08 Aug Training Cats and Kittens to Use the Litter Box
In our last blog we gave tips on how to housebreak your puppy or new dog to prevent undesired messes from accumulating throughout your home and creating obnoxious odors. However, when it comes to potential pet odors, cats can be just as guilty. However, we realized after writing our previous blog that we didn’t leave any guidelines for cat owners on how to housebreak their pets, and housebreaking a cat is very different than housebreaking a dog. So if you’ve just come back from the animal shelter with a new feline friend, we’ve got some tips to help you train your cat to use the bathroom in the proper place.
Setup the Litter Box in a Quiet, Private Location — Unlike dogs, cats are often very quiet and individual animals that enjoy privacy and solitude. This is even more true when a cat is using the bathroom — especially in a new home that they’re unfamiliar with. Put the litter box somewhere away from heavily trafficked areas and loud noises (such as frequently running dryers or washers). Likewise, most cat owners suggest you don’t keep food and water close to litter boxes due to cat’s natural instincts to use the bathroom far away from food sources.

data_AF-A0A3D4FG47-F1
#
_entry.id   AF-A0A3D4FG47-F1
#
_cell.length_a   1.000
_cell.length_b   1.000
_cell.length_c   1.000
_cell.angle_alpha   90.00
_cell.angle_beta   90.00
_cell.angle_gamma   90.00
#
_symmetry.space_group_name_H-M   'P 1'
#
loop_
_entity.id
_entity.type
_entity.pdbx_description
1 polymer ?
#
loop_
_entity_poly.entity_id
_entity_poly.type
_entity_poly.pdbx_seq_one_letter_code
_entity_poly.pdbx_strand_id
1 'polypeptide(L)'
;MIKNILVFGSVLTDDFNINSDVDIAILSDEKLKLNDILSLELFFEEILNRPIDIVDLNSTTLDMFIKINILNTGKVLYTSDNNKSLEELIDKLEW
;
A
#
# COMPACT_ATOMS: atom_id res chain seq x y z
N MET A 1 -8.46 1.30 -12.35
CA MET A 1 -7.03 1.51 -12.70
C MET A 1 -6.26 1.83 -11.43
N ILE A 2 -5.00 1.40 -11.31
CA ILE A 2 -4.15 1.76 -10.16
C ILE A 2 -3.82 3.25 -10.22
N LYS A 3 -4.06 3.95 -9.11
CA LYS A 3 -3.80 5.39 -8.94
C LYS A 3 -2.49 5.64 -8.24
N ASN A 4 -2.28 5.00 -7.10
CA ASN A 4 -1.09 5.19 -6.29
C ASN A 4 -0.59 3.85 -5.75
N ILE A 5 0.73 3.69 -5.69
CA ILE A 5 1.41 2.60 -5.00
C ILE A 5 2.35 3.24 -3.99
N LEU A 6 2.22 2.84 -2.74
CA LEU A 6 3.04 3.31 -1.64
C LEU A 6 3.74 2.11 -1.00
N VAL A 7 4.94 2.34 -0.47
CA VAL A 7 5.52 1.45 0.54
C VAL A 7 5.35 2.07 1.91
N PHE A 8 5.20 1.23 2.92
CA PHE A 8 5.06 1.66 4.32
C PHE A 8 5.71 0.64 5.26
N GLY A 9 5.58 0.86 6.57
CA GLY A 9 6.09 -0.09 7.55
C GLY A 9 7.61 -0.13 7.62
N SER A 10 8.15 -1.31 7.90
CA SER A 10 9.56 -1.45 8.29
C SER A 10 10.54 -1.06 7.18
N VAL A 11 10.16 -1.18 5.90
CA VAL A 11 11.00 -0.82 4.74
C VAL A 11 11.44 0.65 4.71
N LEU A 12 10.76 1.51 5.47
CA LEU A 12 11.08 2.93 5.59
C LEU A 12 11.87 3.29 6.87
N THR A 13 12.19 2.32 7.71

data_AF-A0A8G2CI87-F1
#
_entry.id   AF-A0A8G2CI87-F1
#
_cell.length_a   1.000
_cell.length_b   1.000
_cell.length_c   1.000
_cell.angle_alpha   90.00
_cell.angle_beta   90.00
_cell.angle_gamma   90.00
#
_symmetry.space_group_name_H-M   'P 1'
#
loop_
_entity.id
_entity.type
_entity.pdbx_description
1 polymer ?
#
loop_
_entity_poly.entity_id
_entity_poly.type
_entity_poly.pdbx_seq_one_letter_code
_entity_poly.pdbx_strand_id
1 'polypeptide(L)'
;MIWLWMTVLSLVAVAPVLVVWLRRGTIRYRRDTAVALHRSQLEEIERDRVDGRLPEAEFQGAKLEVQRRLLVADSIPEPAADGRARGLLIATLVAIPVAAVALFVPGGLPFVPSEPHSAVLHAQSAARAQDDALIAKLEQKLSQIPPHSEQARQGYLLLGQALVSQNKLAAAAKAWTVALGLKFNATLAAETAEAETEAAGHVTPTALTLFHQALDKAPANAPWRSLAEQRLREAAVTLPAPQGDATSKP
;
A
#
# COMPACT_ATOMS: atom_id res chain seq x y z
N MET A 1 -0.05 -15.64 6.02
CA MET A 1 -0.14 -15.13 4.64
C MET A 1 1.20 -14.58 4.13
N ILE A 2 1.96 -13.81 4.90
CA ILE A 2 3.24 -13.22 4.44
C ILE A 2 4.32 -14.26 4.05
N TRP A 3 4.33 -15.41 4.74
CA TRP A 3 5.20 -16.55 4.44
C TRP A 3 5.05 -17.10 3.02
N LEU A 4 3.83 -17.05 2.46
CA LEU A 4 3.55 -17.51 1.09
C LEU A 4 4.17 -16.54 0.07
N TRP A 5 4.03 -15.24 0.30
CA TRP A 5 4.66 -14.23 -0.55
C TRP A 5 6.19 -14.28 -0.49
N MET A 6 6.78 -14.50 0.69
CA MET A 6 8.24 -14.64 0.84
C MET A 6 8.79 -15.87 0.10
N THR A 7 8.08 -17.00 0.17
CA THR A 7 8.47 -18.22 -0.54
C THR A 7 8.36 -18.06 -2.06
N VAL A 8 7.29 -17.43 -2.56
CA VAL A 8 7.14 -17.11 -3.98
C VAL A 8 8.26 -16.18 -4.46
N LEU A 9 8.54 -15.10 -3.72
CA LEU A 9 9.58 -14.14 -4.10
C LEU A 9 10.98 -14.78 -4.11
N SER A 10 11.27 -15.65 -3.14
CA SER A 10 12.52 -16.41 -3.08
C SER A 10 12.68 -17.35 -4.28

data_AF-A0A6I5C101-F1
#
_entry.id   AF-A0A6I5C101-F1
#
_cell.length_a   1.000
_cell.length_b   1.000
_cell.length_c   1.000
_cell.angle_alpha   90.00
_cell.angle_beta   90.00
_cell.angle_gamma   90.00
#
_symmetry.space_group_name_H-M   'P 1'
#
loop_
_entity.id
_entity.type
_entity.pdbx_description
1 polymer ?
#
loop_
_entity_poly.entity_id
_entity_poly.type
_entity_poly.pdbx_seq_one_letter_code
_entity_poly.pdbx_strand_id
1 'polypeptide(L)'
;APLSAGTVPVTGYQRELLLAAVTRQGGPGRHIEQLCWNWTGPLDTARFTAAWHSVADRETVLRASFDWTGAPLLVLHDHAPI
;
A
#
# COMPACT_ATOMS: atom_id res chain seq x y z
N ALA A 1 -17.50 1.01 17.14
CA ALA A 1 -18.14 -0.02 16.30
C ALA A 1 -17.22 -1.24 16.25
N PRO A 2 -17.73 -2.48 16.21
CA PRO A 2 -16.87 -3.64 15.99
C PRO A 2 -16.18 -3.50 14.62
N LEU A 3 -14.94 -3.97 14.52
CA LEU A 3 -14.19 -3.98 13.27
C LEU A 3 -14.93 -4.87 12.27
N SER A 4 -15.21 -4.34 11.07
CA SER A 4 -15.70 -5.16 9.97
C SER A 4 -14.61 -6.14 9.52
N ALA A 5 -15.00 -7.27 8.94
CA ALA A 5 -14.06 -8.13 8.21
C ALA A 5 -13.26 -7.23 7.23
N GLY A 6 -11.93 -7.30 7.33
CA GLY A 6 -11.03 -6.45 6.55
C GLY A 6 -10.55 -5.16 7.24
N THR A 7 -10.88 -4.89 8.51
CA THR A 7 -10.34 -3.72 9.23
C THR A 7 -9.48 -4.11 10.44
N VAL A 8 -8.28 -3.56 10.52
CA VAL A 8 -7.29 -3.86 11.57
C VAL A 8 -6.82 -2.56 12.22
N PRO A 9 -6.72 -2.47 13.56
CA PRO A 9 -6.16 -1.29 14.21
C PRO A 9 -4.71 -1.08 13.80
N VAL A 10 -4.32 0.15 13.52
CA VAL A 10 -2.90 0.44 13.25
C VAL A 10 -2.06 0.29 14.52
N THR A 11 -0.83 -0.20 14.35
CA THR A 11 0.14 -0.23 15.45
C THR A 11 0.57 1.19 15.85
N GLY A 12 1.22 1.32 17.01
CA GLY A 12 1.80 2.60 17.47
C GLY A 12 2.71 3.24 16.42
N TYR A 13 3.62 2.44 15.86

Show Your Cat the Litter Box — Cats, at their core, are very instinct driven animals. By their very nature, cats have an inherent habit of using the bathroom in sandy environments they can dig up, such as a litter box. You should take your cats to the litter box regularly throughout the day to get them acquainted with the location. Further, a good additional measure is to take the cats paws and make them dig a little bit in the litter box. Again, this triggers instinctual thoughts in cats that signify this as a bathroom area.
Keep the Litter Box Clean — Cats tend to be very clean animals. With this in mind, it’s important to regularly clean the litter box — especially for new cats. Though a cat certainly needs to learn that this is the location that his or her waste needs to go by seeing it, they also won’t use a box that’s too dirty, so make sure to regularly clean out the litter box and replace it with new litter.
Indoor Training First — Some people elect to let their cats wander outdoors, and after a while many of these cats may also learn to relieve themselves outside. Even if you choose to do this from day one, you should still train your cat to use a litter box indoors in case they’re locked in overnight or can’t get outside at some point.
Keep these in mind and you’ll have a potty trained cat in no time. However, even a potty trained cat can eventually have an accident or bring in dirt, allergens or even leave “gifts” in the form of a dead bird, mouse or rabbit laying around the house. If you ever find that undesirable odors from your feline companion get a bit too much, remember to contact Steamer’s Carpet Care for our specialized pet odor removal treatment.